Friday, September 9, 2011

Miracles in the MATC

Every weekday, Seth visits the Military Athletic Training Center (MATC) for physical and occupational therapy.We see miracles every visit--guys with every imaginable combination of amputations walking, running, lifting weights, etc. On Wednesday, we saw Bryan try out his new legs. Most guys start with short legs to help learn balance. Not Bryan. He got the 6-foot legs right off the bat.

We also got to see our "boots on the ground"--Tom and El who used to bring cookies, hugs and friendship every Tuesday and Thursday at the old Walter Reed Medical Center. The new WRNMMC is a little stringent in vetting volunteers, so Tom and El haven't been able to visit the wards, but they found that they can show up in the MATC without a problem. Tom lost both legs in 1952 in the Korean War. El was his physical therapist--and the rest is history.

Another small miracle happened today after Seth's appointment in the MATC. The wound care nurse Leslie came to dress his wounds. As we visited with her, she told us that her brother is a double amputee who was injured two years ago today. He had internal injuries very similar to Seth's. She told Seth how they all resolved--in one way or another--and that he now skis almost full time for the para-Olympic cross-country team. I think it did Seth good to hear about the similarities in their injuries; I know it did me good.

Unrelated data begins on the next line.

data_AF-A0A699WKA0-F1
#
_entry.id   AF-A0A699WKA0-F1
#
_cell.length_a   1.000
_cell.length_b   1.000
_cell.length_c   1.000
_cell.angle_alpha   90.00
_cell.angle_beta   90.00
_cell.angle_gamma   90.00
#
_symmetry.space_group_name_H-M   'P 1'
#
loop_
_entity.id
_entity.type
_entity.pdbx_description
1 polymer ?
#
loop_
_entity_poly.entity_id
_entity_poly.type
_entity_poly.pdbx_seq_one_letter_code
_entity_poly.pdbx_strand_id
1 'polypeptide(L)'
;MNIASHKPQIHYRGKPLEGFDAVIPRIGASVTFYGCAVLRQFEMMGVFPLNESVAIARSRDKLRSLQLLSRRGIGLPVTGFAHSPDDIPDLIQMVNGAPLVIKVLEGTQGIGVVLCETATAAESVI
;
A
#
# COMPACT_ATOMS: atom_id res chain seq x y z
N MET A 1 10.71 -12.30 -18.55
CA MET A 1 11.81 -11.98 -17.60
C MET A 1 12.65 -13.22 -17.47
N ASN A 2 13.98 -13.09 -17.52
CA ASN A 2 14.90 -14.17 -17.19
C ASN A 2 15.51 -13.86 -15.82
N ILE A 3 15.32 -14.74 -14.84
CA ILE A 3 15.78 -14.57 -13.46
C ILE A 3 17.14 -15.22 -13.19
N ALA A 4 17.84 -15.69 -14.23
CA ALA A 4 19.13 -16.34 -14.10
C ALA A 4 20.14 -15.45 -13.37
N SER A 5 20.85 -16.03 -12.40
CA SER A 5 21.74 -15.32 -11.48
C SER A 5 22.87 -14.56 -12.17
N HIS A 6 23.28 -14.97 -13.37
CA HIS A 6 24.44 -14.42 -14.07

It is still a fight. We learned yesterday that some issues that we thought would be resolved in a few weeks will probably take months. Seth is again receiving huge doses of antibiotics to fight off nasty infections that are common in Afghanistan vets and hospital patients in general.

Grandma and Grandpa Newman arrived today; aunt Linda leaves tomorrow. We are so grateful for familiar faces!

1 comment:

  1. Silvia,
    I may have already said this before, but I feel the need to say it again. This blog is amazing. Every time I get on the computer I can check up, and see how you all are doing. It's great to be able to see Packs progress. The whole blog is a morale booster for me, plus it's wonderful to know that our country takes care of its wounded heroes. Thank you for spending your time writing; it means the world to me,and I'm sure it means the world to many other people as well.

    Your my hero Pack.

    Doc Bohon